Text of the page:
Other defects in articulation regard the complex sounds, and consist in a confused and cluttering pronunciation of words. Tlie most effectual methods of conquering this habit , are, to read aloud passages chosen for that purpose (such for instance as abound with long and unusual words, or in which many short syllables come together) and to read, at certain stated times much slower than the sense and just speaking would require. Almost all persons, who have not studied the art of speaking, have a habit of uttering their words so rapidly, that this latter exercise ought generally to be made use of for a considerable time at first : for where there is uniformly rapid utterance, it is absolutely impossible that there should be a strong emphasis, natural tones, or any just elocution.
Aim at nothing higher, till you can read dis tinctly and deliberately.
Learn to speak slow, all other graces
RULE II. Let your Pronunciation be bold and forcible. As insipid flatness and languor is an almost universal fault in reading; ann even public speakers often suffer their words to drop from their lips with such a faint and feeble utterance , that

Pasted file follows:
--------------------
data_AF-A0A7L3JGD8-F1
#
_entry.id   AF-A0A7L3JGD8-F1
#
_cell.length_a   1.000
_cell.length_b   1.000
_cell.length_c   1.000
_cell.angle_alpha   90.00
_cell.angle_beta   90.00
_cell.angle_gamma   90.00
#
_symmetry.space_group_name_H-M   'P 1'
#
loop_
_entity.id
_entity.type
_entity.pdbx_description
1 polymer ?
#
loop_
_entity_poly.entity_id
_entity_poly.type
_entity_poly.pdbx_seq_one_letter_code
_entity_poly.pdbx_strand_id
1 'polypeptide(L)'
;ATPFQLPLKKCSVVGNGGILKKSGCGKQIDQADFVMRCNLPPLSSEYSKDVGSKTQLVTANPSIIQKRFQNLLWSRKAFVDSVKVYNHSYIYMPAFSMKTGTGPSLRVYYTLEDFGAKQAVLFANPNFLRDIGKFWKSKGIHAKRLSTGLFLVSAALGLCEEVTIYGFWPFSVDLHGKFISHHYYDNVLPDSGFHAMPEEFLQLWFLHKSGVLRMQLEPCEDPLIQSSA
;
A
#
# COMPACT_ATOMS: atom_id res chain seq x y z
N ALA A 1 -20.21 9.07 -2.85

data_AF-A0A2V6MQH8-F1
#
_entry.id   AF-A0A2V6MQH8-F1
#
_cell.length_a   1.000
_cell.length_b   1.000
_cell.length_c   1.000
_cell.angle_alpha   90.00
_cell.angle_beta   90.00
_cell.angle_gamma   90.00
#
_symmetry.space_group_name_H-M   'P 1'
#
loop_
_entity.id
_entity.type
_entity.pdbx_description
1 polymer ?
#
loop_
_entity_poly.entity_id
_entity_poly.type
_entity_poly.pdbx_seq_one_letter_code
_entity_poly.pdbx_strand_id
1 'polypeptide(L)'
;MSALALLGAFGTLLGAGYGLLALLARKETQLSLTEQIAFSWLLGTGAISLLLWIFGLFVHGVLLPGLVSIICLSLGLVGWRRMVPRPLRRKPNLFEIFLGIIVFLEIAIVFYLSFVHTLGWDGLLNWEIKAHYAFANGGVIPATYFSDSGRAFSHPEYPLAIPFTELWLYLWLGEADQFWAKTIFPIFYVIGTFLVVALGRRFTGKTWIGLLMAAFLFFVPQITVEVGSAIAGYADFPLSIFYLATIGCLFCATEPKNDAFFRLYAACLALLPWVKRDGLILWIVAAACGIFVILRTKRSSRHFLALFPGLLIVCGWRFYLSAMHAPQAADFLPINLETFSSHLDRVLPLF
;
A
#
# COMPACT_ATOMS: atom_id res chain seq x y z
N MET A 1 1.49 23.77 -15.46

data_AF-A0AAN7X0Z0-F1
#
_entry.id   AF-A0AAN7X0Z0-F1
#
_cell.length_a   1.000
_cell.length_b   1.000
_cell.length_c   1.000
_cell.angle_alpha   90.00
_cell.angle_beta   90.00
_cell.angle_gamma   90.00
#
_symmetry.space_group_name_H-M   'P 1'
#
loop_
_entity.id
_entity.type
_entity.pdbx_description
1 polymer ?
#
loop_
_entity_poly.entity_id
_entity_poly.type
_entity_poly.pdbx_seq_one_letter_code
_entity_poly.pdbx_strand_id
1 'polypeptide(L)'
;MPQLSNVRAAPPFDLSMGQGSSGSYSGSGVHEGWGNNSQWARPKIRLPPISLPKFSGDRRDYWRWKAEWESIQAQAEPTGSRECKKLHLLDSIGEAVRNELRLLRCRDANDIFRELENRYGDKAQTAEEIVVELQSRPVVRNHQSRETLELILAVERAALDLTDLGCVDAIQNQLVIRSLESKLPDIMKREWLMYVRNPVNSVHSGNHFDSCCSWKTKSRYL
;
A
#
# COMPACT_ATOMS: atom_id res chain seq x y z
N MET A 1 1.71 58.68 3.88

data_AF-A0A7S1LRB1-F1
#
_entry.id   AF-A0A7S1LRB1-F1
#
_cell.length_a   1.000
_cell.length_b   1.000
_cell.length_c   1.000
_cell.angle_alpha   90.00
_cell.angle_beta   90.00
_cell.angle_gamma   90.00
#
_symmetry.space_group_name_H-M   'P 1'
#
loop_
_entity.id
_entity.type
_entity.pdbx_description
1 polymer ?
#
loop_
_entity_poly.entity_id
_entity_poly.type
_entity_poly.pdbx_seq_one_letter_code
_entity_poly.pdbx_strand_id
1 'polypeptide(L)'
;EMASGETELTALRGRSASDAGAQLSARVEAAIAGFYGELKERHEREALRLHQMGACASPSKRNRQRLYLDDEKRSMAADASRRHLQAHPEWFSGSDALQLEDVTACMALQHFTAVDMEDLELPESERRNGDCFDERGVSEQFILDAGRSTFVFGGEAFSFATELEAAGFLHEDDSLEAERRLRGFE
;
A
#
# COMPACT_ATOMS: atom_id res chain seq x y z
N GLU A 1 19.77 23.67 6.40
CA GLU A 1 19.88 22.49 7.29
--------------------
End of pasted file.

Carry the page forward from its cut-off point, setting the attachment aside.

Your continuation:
a they appear neither to understand of feel what they say themselves, nor to have any desire that it should be understood or felt by their audience. This is a fundamental fault: a speaker without energy , is a lifeless statue.
In order to acquire a forcible manner of pronouncing your words, inure yourself while reading, to draw in as much air as your lungs can contain with ease, and to expel it with vehemence in uttering those sounds which require an emphatical pronunciation ; read aloud in the open air , and with all the exertion you can command; preserve your body in an erect attitude while you are speaking ; let all the consonant sounds be expressed with full impulse or percussion of the breath, and a forcible action of the organs employed in forming them ; and let all
; the vowel-sounds have a full and bold utterance. Practise these rules with perseverance, till you have acquired strength and energy of speech.
But in observing this rule, beware of running into the extreme of vociferation. We find this fault chiefly among those, who, in contempt and despite of all rule and propriety , are determined
a to command the attention of the vulgar. These are the speakers, who , in Shakespeare's phrase « offend the judicious hearer to the soul, by tear» ing a passion to rags , to very tatters, to split » the ears of the groundlings. » Cicero compares
such speakers to cripples who get on horseback ra
because they cannot walk: they bellow, because they cannot speak.
RU LE II I.